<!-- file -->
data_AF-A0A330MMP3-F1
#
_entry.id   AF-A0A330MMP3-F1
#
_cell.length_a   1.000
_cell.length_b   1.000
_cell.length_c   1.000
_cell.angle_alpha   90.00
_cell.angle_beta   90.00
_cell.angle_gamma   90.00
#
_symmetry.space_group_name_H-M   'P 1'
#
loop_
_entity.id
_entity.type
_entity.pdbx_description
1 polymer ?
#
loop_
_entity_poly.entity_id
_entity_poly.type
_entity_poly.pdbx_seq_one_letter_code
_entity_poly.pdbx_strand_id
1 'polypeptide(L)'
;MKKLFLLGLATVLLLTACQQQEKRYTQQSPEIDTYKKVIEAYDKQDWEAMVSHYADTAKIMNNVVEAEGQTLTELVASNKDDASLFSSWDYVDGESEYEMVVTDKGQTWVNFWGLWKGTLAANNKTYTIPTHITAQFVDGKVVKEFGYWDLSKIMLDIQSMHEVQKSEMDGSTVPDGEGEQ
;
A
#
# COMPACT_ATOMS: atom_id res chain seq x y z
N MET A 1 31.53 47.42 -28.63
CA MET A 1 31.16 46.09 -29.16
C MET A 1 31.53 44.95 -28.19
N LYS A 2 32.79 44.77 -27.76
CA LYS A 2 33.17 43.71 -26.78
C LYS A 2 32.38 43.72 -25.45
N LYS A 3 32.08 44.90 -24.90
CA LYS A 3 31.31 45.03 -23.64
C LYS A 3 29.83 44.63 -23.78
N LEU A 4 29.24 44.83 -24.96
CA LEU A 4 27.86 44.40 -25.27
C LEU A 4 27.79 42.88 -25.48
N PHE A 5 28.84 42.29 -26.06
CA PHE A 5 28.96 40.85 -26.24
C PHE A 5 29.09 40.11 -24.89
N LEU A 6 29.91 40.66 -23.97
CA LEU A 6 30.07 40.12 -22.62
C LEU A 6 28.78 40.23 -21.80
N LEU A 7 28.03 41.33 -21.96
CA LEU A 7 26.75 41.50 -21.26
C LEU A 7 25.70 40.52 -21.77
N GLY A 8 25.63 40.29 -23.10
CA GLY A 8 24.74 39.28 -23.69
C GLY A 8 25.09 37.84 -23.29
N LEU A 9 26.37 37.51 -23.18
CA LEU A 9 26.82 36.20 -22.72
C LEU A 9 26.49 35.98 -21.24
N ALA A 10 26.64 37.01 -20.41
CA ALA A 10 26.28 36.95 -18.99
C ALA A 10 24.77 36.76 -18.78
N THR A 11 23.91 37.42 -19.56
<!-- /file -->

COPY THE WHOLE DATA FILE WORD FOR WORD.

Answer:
data_AF-A0A330MMP3-F1
#
_entry.id   AF-A0A330MMP3-F1
#
_cell.length_a   1.000
_cell.length_b   1.000
_cell.length_c   1.000
_cell.angle_alpha   90.00
_cell.angle_beta   90.00
_cell.angle_gamma   90.00
#
_symmetry.space_group_name_H-M   'P 1'
#
loop_
_entity.id
_entity.type
_entity.pdbx_description
1 polymer ?
#
loop_
_entity_poly.entity_id
_entity_poly.type
_entity_poly.pdbx_seq_one_letter_code
_entity_poly.pdbx_strand_id
1 'polypeptide(L)'
;MKKLFLLGLATVLLLTACQQQEKRYTQQSPEIDTYKKVIEAYDKQDWEAMVSHYADTAKIMNNVVEAEGQTLTELVASNKDDASLFSSWDYVDGESEYEMVVTDKGQTWVNFWGLWKGTLAANNKTYTIPTHITAQFVDGKVVKEFGYWDLSKIMLDIQSMHEVQKSEMDGSTVPDGEGEQ
;
A
#
# COMPACT_ATOMS: atom_id res chain seq x y z
N MET A 1 31.53 47.42 -28.63
CA MET A 1 31.16 46.09 -29.16
C MET A 1 31.53 44.95 -28.19
N LYS A 2 32.79 44.77 -27.76
CA LYS A 2 33.17 43.71 -26.78
C LYS A 2 32.38 43.72 -25.45
N LYS A 3 32.08 44.90 -24.90
CA LYS A 3 31.31 45.03 -23.64
C LYS A 3 29.83 44.63 -23.78
N LEU A 4 29.24 44.83 -24.96
CA LEU A 4 27.86 44.40 -25.27
C LEU A 4 27.79 42.88 -25.48
N PHE A 5 28.84 42.29 -26.06
CA PHE A 5 28.96 40.85 -26.24
C PHE A 5 29.09 40.11 -24.89
N LEU A 6 29.91 40.66 -23.97
CA LEU A 6 30.07 40.12 -22.62
C LEU A 6 28.78 40.23 -21.80
N LEU A 7 28.03 41.33 -21.96
CA LEU A 7 26.75 41.50 -21.26
C LEU A 7 25.70 40.52 -21.77
N GLY A 8 25.63 40.29 -23.10
CA GLY A 8 24.74 39.28 -23.69
C GLY A 8 25.09 37.84 -23.29
N LEU A 9 26.37 37.51 -23.18
CA LEU A 9 26.82 36.20 -22.72
C LEU A 9 26.49 35.98 -21.24
N ALA A 10 26.64 37.01 -20.41
CA ALA A 10 26.28 36.95 -18.99
C ALA A 10 24.77 36.76 -18.78
N THR A 11 23.91 37.42 -19.56